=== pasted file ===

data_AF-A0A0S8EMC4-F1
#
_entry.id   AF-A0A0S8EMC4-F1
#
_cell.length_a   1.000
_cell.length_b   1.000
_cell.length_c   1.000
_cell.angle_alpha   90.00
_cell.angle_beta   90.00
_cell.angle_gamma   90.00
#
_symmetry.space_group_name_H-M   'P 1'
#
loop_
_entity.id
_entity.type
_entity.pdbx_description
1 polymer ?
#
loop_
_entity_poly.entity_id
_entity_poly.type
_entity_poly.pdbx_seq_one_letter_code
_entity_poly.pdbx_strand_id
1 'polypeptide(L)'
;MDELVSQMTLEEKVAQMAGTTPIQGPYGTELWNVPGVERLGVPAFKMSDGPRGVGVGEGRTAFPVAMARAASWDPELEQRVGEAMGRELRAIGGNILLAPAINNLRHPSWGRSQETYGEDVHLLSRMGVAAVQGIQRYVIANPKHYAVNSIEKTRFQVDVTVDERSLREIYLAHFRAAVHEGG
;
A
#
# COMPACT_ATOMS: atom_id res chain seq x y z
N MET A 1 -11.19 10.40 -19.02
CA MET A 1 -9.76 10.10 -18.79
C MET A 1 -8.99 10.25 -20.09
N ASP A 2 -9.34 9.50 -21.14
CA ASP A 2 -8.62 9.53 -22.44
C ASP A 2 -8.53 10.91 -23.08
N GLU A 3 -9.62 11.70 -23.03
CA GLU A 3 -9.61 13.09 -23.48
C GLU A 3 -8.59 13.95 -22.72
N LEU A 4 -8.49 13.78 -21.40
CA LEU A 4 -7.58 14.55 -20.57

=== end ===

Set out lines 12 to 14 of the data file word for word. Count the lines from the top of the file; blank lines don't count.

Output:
_symmetry.space_group_name_H-M   'P 1'
#
loop_